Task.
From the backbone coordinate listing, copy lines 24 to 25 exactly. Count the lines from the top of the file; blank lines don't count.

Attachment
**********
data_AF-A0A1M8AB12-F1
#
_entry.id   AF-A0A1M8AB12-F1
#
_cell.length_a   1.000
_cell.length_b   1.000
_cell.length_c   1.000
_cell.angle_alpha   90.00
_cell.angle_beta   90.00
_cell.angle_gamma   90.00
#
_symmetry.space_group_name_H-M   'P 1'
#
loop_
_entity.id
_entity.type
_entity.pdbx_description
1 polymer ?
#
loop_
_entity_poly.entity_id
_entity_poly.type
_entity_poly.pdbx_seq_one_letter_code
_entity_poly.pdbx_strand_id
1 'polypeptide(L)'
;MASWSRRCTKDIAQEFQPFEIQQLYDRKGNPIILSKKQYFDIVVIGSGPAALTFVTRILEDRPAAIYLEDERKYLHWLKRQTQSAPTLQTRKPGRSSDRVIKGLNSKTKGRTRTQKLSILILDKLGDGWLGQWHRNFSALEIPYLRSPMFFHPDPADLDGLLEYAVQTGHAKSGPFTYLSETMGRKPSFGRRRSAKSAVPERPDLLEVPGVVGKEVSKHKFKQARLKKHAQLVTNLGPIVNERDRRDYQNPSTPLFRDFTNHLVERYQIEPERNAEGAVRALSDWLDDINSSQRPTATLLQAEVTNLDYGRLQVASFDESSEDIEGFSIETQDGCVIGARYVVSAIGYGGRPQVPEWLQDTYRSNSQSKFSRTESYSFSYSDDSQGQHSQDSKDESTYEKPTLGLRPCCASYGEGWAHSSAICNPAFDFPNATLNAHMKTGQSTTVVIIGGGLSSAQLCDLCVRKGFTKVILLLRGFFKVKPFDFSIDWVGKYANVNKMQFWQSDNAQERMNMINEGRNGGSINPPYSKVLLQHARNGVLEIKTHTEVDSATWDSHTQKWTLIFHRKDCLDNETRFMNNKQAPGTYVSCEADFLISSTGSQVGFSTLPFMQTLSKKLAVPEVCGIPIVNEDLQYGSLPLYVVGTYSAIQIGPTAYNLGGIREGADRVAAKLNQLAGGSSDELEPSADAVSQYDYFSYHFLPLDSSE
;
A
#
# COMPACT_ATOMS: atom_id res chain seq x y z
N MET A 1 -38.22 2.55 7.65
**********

_entity_poly.pdbx_strand_id
1 'polypeptide(L)'